Recovering from Munchausen, our hero really just wanted to make something small and simple. The Fisher King, written by Richard LaGravenese, seemed to fit the bill perfectly.
And it works – somehow Gilliam’s inherent flights of fancy mesh with the story of downtrodden DJ Jeff Bridges and the crazy man with a crusade (Robin Williams) that end up helping each other.
It was a largely trouble-free shoot, especially compared to the likes of Munchausen, but Gilliam did note some hiccups:
“The last couple of days were very silly where we're doing a close-up of Jeff in front of Carmichael's townhouse, against those stairs which were built in California, with all of Madison Avenue behind us, with buses.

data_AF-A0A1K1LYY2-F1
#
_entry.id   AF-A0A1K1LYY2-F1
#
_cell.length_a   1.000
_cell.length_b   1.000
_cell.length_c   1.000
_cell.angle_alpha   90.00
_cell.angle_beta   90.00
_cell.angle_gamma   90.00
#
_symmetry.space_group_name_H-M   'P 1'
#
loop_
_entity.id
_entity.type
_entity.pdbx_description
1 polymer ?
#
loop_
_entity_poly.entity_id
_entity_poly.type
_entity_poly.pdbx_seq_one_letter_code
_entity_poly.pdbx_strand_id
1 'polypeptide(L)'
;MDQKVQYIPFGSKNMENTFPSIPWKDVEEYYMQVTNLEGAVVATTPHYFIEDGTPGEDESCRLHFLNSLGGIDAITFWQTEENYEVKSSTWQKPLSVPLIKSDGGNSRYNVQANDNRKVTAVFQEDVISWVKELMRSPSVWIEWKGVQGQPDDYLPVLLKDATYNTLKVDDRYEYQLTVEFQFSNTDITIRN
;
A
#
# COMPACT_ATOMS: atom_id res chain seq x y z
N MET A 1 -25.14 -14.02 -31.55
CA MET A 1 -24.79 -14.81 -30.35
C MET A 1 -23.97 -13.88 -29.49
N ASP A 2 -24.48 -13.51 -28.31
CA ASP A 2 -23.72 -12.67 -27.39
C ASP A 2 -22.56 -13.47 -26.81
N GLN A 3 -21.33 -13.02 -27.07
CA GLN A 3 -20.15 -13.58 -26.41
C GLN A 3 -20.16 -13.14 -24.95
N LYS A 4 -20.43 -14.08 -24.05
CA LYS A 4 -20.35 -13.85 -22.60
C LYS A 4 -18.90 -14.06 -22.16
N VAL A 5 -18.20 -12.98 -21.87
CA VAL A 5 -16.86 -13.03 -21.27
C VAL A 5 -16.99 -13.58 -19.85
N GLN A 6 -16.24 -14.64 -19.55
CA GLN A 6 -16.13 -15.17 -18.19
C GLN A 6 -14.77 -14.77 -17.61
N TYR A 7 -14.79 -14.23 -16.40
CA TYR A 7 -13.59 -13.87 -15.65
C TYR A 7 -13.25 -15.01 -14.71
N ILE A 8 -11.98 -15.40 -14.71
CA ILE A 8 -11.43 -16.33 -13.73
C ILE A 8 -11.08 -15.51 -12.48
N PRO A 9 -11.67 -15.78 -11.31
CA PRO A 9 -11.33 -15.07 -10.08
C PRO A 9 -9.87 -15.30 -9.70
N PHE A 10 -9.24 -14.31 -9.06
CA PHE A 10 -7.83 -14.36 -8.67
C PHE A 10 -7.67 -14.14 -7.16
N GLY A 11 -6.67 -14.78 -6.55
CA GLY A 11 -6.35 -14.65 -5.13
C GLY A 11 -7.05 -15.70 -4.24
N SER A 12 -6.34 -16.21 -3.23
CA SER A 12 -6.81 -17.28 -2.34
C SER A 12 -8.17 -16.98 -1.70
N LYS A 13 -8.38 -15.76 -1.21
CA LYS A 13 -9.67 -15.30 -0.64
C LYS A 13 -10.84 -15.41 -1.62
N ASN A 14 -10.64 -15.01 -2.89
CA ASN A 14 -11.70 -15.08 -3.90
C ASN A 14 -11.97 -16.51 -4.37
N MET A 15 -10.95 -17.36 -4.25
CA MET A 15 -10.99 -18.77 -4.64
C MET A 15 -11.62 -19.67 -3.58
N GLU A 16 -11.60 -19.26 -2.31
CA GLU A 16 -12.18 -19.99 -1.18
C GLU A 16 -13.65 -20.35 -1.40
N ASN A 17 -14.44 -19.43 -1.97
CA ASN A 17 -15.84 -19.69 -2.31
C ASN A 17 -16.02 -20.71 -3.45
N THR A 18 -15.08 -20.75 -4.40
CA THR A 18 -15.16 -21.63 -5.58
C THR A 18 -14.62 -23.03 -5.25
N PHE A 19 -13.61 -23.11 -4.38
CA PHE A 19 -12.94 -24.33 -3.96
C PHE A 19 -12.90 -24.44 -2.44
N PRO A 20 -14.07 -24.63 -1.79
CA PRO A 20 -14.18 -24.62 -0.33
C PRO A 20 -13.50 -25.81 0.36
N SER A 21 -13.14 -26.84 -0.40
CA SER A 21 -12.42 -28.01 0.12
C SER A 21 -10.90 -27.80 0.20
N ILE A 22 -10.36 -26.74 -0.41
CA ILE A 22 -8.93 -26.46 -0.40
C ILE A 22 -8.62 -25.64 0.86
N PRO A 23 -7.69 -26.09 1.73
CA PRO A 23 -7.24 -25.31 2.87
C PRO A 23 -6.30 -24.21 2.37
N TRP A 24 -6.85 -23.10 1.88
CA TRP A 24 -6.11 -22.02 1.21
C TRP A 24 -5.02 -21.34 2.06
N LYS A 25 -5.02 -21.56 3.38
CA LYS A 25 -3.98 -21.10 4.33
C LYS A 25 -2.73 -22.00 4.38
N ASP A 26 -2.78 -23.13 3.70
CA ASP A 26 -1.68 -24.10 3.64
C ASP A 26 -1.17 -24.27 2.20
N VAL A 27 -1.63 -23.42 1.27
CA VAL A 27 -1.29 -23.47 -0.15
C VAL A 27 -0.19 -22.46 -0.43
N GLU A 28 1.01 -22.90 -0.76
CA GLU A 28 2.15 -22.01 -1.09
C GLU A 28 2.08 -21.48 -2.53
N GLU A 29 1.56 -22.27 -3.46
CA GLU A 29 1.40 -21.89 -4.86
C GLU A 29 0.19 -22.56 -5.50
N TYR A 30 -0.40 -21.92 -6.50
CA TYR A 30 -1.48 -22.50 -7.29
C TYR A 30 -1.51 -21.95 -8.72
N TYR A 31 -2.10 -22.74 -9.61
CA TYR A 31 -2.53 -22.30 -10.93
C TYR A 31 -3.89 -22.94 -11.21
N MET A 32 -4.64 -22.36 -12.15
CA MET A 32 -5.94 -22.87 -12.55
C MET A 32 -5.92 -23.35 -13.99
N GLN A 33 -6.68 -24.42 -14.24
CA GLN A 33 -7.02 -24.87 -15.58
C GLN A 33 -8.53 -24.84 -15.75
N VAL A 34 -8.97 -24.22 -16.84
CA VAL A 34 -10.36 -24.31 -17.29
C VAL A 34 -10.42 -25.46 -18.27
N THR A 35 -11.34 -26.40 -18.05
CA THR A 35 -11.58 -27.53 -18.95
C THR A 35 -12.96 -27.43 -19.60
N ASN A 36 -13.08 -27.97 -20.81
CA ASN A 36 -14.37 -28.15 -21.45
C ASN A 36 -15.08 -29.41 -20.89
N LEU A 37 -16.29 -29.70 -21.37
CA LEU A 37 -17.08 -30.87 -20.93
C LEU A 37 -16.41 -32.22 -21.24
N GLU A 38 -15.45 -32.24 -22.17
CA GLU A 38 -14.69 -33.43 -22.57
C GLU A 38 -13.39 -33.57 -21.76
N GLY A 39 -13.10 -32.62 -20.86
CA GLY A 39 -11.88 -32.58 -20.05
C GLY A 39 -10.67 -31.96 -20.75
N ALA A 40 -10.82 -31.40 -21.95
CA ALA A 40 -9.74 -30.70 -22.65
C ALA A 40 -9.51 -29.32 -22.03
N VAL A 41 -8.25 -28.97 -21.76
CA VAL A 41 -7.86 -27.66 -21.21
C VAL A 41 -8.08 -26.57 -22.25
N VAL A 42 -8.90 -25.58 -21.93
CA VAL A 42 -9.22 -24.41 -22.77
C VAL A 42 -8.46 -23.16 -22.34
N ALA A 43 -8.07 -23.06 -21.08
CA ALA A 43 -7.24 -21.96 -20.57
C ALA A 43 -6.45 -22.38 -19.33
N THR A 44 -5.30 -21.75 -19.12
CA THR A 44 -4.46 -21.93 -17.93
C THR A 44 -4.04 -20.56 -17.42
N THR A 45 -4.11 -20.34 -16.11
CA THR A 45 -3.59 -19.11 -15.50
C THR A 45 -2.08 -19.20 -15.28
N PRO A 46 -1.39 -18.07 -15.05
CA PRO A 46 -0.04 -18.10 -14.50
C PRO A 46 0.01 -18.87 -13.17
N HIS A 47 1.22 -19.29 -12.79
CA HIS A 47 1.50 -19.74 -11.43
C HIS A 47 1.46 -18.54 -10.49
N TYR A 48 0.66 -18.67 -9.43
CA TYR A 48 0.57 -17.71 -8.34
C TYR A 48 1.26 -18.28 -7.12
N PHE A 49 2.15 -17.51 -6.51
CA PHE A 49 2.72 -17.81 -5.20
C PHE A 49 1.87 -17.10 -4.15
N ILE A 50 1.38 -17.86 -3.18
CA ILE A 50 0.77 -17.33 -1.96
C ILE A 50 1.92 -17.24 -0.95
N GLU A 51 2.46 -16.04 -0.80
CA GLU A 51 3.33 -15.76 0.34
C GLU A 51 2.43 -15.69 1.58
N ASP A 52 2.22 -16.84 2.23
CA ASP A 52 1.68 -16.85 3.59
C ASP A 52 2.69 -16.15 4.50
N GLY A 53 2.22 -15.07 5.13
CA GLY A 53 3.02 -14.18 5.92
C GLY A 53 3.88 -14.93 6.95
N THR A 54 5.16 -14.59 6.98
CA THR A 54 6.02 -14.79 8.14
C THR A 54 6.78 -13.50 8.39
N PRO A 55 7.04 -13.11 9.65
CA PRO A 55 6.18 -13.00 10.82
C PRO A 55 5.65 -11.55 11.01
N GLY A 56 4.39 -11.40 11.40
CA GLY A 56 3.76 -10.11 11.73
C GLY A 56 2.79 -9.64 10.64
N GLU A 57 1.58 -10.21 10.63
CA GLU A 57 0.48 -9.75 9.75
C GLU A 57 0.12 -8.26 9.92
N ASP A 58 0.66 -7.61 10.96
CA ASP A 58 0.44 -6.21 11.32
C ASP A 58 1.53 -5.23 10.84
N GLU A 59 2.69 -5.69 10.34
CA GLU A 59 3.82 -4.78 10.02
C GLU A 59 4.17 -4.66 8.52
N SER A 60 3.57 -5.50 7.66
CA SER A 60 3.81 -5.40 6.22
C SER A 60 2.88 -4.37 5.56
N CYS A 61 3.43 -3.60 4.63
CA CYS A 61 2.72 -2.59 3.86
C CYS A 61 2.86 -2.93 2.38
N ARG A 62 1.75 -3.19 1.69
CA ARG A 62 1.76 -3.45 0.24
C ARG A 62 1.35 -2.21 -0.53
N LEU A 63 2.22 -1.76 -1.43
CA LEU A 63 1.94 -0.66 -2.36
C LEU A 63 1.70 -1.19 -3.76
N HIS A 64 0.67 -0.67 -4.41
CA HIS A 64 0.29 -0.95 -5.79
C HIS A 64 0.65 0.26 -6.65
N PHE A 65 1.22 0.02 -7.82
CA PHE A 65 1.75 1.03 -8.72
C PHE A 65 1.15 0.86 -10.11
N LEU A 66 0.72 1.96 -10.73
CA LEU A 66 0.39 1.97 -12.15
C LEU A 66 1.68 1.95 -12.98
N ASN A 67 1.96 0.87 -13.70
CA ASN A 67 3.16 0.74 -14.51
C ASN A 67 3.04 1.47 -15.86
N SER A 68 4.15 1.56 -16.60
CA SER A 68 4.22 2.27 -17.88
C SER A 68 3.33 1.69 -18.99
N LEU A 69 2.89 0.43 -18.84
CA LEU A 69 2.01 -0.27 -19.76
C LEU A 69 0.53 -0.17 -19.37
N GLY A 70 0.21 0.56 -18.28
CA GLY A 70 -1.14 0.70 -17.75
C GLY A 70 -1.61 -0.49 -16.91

“The noise was unbearable, it was ruining sound takes. And I used to laugh at people who did things like that, it's ridiculous; you could do that close-up in LA — just bring the wall back.
But we ended up doing it because everybody's fired up, you've got to do it. We did close-ups with the Knight on Fifth Avenue, and what you see on film, I'm not sure if you know it's Fifth Avenue, which is very, very bad. But it's to do with the fact that you get away with it, is why you do it.”